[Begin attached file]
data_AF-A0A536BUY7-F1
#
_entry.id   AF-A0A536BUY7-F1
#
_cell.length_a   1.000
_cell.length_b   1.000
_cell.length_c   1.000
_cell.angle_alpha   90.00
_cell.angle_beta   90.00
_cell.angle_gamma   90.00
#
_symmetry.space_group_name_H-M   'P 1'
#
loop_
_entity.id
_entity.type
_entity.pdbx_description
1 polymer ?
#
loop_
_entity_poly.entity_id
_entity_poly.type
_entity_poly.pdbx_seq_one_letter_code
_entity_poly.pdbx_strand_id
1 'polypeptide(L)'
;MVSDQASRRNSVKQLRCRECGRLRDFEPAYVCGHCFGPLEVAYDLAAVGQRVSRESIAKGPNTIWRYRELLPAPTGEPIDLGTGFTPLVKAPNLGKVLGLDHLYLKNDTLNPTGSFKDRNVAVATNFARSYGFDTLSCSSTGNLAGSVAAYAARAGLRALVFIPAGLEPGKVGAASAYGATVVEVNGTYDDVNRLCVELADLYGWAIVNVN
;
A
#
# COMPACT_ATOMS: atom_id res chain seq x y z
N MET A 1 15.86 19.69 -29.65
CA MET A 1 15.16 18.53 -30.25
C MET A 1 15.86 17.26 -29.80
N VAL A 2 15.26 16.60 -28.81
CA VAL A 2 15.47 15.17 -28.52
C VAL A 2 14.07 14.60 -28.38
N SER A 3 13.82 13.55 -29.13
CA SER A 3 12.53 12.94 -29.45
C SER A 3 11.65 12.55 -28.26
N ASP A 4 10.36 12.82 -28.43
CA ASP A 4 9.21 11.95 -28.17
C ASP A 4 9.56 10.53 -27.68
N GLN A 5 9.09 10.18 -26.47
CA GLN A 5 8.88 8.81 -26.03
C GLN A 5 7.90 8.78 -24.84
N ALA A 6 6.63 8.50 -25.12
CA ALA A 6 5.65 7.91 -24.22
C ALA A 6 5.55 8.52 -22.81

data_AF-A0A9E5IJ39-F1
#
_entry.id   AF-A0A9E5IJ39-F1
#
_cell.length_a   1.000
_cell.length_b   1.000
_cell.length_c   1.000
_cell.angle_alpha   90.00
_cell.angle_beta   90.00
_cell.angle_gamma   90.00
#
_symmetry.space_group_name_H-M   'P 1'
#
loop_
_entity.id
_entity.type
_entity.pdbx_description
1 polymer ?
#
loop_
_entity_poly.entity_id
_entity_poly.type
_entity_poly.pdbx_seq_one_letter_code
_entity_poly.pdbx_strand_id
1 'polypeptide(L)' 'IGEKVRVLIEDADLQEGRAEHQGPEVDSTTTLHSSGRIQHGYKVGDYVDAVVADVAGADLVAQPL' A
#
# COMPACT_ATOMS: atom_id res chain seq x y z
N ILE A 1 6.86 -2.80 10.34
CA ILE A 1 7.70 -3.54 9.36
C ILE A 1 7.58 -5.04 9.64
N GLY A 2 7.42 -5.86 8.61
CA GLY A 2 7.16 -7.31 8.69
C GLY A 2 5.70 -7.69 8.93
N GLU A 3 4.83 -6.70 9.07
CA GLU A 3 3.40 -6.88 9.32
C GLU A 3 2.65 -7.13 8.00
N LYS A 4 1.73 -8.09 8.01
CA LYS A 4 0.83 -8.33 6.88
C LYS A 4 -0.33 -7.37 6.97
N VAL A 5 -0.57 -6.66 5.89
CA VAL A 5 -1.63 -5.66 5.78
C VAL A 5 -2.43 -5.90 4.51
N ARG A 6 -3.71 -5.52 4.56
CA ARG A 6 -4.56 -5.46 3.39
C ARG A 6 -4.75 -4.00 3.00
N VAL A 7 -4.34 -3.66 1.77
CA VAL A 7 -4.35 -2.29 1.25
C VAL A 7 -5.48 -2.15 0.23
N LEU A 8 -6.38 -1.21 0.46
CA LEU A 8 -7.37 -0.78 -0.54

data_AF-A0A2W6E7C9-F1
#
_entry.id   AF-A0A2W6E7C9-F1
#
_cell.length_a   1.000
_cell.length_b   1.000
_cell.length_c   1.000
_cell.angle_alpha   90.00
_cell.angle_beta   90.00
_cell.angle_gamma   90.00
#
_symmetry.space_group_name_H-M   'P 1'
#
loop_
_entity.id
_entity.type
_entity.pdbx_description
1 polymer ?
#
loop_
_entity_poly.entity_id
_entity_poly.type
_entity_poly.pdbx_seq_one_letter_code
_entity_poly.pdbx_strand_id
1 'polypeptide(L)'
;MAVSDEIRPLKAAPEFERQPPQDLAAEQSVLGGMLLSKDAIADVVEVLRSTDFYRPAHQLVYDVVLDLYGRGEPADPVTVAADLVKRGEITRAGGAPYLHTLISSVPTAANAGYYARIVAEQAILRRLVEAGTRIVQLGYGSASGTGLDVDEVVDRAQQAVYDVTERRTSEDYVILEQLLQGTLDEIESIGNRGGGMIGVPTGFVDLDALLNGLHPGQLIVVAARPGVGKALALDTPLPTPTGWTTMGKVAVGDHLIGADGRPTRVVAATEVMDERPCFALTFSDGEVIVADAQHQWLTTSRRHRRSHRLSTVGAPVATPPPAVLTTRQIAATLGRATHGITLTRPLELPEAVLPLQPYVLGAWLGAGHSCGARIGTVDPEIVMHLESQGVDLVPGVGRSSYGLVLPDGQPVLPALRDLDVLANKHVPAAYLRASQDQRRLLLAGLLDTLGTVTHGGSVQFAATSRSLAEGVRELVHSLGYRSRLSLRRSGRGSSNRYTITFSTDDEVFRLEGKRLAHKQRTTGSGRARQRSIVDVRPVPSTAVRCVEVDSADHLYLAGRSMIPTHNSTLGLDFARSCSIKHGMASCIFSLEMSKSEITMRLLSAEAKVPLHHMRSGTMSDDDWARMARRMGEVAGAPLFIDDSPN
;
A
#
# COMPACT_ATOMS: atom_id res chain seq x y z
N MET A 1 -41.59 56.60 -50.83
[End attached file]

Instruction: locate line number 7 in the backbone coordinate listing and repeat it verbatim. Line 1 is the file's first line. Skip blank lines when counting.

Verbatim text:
_cell.length_c   1.000